With regard to the questions put to me by the hon. Member for East Mayo, I may tell him, in the first place, that I have not seen the article in any detail until it was shown to me not long ago. As to the exact Procedure in the case it is this. I have put the Motion to the House that the words contained in the article constitute a Breach of the Privileges of the House. That, of course, will be for the House to decide, and if the House decides that a Breach of Privilege has been committed, a Motion may be made that certain persons do attend at the Bar of this House. But, as the hon. Member says, he is not prepared at this moment to enter into a detailed statement in reference to these charges made by The Times newspaper, and read to-day by the hon. Baronet the Member for North Antrim, the debate can be adjourned; and I need not say that if it is adjourned it will retain the same place and privilege of priority as it does at the present moment. With regard to the other question, there is no analogy whatever between the case brought forward by the hon. Member for West Belfast and the case now before the House.
§ THE FIRST LORD OF THE TREASURY (Mr. W. H. SMITH) (Strand, Westminster)
I wish to state that I was entirely unaware of the intention of the hon. Baronet the Member for North Antrim (Sir Charles Lewis) to raise this question until I came down to the House. It appears to me, Sir, that the course which you have suggested is the proper course to take, as the hon. Member for East Mayo (Mr. Dillon) has stated that he has not had an opportunity to consider fully the details of the charges made in The Times newspaper, which have been read by the hon. Baronet the Member for North Antrim. He has indicated his desire—I think I am correctly interpreting him—to make a statement to the House with reference to them.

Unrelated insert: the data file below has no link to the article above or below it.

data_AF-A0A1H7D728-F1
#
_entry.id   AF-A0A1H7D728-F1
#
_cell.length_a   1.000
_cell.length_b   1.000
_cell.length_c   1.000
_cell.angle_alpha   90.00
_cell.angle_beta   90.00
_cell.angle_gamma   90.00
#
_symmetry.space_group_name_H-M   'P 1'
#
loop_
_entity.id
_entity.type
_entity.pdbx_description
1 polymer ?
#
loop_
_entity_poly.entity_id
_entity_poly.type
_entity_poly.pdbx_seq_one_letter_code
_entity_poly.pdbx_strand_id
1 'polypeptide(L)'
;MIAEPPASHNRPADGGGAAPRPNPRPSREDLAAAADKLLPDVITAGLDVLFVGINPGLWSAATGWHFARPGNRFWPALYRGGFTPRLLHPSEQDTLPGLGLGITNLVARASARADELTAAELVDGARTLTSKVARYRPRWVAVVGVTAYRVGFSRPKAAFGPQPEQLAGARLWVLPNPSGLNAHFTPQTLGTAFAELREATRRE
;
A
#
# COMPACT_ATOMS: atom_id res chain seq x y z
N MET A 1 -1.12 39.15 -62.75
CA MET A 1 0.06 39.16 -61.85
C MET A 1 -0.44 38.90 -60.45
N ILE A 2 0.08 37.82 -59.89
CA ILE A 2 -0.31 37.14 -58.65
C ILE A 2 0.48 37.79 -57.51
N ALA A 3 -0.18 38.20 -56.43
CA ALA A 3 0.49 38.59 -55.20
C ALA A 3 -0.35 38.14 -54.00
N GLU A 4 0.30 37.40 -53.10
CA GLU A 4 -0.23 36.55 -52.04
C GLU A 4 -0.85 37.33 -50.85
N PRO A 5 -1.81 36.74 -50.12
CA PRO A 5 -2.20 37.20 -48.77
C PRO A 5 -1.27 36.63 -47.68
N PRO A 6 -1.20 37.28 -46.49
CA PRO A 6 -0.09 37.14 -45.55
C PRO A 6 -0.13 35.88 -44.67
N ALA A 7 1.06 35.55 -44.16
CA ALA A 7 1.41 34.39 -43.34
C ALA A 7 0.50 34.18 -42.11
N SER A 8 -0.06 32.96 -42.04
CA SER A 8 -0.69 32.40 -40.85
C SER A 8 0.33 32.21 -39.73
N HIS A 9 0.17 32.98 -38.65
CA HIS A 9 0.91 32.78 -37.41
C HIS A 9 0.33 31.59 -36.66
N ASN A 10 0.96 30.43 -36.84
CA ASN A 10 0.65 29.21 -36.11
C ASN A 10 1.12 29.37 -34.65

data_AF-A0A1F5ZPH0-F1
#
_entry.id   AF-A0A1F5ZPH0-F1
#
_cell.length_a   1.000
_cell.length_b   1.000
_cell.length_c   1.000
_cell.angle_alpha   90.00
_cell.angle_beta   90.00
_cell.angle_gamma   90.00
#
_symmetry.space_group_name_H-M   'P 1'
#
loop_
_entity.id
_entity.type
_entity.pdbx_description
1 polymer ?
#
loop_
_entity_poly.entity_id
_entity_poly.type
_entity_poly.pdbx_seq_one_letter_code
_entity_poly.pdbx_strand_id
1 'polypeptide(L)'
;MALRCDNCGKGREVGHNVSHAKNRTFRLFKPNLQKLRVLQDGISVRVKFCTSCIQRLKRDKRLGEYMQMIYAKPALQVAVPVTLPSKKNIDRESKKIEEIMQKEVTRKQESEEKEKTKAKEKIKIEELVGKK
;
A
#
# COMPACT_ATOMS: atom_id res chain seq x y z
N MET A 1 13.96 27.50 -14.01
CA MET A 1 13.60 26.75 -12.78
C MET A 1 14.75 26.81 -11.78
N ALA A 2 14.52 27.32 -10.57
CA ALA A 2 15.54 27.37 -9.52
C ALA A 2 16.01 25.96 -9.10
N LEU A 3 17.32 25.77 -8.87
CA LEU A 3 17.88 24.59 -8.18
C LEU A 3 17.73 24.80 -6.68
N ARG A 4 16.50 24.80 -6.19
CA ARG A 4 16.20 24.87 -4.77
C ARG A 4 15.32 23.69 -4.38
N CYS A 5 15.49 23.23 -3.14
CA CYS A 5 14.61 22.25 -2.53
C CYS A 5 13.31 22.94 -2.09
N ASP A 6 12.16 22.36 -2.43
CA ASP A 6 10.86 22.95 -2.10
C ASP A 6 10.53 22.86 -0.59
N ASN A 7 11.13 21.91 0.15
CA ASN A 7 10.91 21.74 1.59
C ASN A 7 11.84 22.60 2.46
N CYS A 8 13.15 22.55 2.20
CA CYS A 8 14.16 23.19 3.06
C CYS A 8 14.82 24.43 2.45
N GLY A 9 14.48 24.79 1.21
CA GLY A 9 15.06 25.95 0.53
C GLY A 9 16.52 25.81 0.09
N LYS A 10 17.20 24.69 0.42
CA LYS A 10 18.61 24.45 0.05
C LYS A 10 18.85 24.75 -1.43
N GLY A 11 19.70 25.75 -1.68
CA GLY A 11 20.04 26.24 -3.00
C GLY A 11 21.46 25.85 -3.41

§ MR. DILLON
The right hon. Gentleman has misunderstood me. The difficulty I felt myself placed in was this—that I did not know exactly what position to take up with regard to the Motion. I distinctly stated that I did not wish to postpone the matter. If the House decides that it is a Breach of Privilege and directs that the offender be brought to the Bar, I am perfectly prepared to face The Times newspaper, but I do not intend—I have no desire to enter into any personal statement or defence. The reason I asked the question was that if it is decided that this is a Breach of Privilege, and if you bring the printer and publisher of The Times newspaper to the Bar of this House I am quite prepared to enter into a statement. But I have no desire to do so unless it is declared that this is a Breach of Privilege.
§ MR. W. H. SMITH